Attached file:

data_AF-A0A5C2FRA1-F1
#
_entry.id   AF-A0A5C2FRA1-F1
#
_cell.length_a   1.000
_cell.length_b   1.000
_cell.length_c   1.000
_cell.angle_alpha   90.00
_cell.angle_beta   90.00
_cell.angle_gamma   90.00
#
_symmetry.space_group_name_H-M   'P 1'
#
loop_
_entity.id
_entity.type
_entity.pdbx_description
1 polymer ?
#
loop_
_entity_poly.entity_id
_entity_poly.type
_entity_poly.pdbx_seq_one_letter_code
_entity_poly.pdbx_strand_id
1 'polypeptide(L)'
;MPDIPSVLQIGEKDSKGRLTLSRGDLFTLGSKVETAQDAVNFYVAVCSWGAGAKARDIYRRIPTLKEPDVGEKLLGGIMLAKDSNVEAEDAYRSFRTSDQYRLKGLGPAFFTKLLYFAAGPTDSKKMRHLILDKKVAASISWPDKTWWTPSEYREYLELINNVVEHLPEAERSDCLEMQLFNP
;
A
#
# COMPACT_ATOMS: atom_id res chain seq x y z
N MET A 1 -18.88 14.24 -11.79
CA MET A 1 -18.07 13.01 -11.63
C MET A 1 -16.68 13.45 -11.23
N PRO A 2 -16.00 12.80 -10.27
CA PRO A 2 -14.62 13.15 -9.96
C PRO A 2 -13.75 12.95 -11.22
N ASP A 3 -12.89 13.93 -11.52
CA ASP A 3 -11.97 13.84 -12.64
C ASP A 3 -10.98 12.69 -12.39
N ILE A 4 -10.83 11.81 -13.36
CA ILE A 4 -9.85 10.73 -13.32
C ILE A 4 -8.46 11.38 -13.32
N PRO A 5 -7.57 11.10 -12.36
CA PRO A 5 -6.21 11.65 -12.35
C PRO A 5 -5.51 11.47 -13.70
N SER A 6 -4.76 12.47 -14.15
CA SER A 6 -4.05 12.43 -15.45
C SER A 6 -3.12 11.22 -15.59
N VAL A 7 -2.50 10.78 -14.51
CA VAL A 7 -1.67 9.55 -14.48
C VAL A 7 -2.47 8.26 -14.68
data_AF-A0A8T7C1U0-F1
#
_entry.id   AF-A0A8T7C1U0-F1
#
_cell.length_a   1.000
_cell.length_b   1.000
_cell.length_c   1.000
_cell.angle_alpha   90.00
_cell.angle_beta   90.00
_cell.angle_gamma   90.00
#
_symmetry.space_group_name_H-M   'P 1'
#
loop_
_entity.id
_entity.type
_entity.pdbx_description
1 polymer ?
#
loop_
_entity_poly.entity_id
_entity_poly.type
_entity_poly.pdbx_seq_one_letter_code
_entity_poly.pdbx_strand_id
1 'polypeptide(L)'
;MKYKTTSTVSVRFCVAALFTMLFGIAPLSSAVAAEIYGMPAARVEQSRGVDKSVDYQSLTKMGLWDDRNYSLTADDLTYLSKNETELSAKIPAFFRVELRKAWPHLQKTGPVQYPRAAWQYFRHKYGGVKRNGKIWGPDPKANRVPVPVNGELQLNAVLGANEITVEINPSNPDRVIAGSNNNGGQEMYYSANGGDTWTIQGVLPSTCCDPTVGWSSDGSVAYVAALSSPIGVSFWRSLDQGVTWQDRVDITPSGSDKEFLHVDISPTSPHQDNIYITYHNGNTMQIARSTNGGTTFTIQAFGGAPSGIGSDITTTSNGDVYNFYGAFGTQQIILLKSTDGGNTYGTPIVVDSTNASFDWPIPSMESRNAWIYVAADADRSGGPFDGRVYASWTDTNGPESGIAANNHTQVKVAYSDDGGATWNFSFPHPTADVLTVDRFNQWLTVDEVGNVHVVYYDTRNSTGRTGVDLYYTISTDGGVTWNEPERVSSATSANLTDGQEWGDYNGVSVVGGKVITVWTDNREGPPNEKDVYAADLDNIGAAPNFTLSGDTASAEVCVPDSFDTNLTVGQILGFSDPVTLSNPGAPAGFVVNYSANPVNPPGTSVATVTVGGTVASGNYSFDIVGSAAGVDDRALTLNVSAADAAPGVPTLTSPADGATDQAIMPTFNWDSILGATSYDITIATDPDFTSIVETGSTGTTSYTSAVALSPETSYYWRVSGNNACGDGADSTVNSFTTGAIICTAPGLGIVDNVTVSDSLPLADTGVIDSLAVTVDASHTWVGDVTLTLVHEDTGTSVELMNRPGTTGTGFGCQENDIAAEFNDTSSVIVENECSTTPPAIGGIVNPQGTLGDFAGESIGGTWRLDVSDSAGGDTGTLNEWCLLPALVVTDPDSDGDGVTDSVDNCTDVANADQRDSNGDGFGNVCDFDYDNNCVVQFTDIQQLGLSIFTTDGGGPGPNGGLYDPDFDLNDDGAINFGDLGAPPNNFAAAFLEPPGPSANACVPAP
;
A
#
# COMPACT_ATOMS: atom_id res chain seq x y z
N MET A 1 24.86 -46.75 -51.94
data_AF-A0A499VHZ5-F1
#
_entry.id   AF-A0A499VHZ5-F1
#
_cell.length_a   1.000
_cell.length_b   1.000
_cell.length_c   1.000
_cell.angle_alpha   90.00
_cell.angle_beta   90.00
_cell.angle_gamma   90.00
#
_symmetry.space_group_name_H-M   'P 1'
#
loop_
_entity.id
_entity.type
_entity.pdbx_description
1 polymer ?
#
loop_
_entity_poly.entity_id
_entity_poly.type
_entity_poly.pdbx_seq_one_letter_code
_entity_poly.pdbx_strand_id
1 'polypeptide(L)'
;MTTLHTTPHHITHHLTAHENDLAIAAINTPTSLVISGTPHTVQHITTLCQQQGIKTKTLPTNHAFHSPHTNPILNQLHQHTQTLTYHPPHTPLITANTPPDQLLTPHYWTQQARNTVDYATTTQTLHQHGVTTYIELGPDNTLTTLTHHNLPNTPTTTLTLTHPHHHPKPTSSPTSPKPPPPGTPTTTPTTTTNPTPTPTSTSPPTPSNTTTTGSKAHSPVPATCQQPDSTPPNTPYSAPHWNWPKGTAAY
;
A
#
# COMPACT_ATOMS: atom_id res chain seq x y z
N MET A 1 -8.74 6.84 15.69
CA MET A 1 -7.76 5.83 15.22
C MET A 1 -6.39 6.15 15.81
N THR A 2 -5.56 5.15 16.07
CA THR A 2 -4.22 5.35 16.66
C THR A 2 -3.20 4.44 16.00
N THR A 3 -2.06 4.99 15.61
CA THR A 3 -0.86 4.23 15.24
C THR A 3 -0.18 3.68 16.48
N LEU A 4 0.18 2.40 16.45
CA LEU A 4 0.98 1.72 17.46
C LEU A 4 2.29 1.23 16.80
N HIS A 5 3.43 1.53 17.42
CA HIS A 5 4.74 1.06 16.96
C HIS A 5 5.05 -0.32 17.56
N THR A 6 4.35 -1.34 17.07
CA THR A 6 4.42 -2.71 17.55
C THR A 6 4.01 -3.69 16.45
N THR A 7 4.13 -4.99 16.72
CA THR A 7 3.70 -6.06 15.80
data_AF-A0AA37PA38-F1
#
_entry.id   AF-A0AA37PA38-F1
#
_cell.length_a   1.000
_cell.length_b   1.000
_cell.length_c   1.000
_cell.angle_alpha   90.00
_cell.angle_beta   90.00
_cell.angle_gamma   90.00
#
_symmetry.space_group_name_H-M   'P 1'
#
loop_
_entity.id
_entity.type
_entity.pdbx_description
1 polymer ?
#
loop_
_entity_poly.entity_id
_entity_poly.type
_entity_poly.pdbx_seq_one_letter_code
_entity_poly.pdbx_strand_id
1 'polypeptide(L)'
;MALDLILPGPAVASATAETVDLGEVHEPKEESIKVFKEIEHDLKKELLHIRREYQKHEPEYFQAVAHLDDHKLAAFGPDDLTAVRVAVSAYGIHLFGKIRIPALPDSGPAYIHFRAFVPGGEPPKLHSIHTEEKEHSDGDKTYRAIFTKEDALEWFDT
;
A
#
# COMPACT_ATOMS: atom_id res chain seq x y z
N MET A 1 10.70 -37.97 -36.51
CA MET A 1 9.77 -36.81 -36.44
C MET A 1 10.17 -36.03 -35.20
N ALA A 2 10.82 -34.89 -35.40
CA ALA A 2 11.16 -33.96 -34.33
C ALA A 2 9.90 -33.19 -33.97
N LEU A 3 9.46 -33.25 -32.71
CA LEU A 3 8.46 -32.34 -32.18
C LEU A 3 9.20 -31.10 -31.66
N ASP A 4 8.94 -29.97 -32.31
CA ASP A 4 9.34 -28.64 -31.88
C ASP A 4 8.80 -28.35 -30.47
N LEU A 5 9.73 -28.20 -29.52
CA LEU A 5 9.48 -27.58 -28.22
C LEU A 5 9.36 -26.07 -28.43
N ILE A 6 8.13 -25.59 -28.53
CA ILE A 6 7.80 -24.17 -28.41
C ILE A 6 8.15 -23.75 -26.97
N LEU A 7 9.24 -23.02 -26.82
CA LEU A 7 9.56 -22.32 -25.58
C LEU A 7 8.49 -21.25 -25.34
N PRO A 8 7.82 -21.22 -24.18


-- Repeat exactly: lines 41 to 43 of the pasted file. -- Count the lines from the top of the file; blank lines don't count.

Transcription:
CA ILE A 4 -9.85 10.73 -13.32
C ILE A 4 -8.46 11.38 -13.32
N PRO A 5 -7.57 11.10 -12.36